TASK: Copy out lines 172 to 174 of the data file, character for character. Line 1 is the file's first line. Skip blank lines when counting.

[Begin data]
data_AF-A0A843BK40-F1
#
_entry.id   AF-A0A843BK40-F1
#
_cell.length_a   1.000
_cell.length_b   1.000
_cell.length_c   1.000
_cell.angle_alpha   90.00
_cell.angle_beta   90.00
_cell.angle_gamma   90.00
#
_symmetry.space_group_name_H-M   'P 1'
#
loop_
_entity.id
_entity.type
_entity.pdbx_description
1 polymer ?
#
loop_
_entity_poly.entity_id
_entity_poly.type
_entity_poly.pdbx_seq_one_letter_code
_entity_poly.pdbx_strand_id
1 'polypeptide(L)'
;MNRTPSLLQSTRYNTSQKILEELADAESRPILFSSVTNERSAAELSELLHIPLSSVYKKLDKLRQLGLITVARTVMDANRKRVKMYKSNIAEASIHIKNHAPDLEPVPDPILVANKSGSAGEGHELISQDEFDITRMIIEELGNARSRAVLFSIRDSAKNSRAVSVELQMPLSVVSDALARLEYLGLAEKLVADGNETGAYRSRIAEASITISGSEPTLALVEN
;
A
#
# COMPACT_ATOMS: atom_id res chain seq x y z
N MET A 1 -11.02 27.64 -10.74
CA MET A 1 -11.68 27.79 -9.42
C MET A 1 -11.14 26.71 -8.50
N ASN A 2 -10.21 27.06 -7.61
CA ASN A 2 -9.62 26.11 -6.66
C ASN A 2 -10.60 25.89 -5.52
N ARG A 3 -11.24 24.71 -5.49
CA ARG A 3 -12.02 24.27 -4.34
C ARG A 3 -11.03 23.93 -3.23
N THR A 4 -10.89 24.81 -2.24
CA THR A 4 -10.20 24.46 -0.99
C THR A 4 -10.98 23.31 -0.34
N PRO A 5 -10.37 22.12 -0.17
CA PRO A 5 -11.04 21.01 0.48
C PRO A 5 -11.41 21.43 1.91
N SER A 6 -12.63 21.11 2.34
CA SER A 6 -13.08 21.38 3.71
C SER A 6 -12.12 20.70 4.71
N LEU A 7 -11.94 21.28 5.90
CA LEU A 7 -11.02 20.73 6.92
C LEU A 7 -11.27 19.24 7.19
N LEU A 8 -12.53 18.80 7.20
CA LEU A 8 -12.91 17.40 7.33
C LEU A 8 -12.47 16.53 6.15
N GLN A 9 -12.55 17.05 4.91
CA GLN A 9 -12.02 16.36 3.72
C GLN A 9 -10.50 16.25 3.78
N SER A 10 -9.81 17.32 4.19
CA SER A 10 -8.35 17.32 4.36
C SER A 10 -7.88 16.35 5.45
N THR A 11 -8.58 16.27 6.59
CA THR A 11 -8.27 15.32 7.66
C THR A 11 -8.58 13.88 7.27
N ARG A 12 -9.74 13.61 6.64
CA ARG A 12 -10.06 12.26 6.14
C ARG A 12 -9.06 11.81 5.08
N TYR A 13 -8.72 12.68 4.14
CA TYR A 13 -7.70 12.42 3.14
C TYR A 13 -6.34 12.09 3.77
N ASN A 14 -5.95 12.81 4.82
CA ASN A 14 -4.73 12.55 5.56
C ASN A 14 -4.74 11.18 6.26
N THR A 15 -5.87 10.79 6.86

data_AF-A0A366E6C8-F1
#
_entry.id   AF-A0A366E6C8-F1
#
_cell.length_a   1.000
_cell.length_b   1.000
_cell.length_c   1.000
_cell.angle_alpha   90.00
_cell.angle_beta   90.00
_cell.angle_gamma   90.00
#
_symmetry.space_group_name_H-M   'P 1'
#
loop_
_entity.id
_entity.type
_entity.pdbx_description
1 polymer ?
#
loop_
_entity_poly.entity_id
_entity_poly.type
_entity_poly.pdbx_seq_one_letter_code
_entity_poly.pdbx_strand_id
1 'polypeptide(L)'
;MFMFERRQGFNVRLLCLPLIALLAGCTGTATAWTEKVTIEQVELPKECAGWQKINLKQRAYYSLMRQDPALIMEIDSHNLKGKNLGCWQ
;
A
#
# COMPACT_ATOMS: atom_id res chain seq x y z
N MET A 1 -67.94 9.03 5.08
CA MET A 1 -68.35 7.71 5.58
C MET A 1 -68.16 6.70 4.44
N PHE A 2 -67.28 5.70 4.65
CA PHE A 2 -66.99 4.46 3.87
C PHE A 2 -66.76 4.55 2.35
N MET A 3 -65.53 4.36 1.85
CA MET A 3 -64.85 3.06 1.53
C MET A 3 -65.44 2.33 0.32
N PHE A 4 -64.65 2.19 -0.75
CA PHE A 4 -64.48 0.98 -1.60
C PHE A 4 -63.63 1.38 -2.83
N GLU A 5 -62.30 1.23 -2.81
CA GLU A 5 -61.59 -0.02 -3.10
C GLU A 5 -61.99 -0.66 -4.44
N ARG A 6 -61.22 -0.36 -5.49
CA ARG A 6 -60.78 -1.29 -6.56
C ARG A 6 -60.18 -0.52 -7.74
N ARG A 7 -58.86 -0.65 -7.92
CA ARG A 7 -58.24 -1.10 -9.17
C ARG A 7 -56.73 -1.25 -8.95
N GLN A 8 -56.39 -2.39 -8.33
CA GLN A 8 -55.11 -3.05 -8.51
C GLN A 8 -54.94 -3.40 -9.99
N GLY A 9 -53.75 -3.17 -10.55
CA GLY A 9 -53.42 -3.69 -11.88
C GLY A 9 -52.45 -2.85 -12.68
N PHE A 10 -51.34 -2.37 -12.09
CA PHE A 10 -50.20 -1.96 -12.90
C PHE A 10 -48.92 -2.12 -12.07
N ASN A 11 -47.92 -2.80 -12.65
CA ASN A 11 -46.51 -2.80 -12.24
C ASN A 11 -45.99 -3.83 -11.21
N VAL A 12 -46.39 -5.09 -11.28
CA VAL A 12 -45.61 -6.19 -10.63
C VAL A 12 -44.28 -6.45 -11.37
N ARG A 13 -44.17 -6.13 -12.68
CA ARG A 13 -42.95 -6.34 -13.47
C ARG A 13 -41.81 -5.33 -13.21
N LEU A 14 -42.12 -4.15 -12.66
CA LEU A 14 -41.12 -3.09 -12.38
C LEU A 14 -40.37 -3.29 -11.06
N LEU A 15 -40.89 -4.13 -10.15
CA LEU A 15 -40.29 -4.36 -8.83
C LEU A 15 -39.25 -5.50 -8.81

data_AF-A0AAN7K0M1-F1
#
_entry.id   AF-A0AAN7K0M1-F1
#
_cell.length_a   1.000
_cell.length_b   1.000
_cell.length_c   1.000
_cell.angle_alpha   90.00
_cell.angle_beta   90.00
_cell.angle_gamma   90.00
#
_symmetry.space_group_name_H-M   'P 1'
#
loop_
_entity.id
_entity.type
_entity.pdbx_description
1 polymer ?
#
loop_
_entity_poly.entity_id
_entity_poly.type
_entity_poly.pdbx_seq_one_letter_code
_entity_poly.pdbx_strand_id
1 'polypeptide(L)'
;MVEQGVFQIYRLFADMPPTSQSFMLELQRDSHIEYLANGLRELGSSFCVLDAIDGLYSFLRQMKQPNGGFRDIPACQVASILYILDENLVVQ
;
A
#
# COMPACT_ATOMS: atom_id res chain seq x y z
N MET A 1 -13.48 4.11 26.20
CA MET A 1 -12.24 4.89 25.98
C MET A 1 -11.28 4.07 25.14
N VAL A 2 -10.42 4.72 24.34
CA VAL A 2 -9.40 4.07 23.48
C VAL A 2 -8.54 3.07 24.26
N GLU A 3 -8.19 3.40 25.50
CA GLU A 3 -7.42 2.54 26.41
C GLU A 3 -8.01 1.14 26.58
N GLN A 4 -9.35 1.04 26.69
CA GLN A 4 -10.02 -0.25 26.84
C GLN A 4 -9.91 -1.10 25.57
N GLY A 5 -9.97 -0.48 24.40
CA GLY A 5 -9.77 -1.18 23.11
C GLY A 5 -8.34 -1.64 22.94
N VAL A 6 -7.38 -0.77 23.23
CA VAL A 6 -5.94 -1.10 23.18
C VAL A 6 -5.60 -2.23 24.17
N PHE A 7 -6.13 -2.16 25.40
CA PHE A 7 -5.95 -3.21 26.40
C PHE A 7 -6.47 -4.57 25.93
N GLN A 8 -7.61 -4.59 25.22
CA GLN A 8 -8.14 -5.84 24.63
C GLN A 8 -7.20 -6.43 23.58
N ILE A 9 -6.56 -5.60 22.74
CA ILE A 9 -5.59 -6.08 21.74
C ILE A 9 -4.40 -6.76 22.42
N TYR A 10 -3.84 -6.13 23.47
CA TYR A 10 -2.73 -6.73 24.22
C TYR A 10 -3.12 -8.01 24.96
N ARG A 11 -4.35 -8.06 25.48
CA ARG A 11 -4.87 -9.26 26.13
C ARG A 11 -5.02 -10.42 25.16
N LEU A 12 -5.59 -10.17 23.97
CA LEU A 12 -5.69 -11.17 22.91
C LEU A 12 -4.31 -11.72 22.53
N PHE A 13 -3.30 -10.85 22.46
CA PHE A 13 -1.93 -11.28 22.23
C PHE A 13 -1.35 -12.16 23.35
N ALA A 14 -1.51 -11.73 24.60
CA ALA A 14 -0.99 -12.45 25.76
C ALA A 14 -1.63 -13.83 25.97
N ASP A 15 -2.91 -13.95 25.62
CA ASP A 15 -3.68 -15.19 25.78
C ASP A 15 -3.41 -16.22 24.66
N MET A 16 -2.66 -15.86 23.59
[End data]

_entity_poly.pdbx_strand_id
1 'polypeptide(L)'
;MVEQGVFQIYRLFADMPPTSQSFMLELQRDSHIEYLANGLRELGSSFCVLDAIDGLYSFLRQMKQPNGGFRDIPACQVASILYILDENLVVQ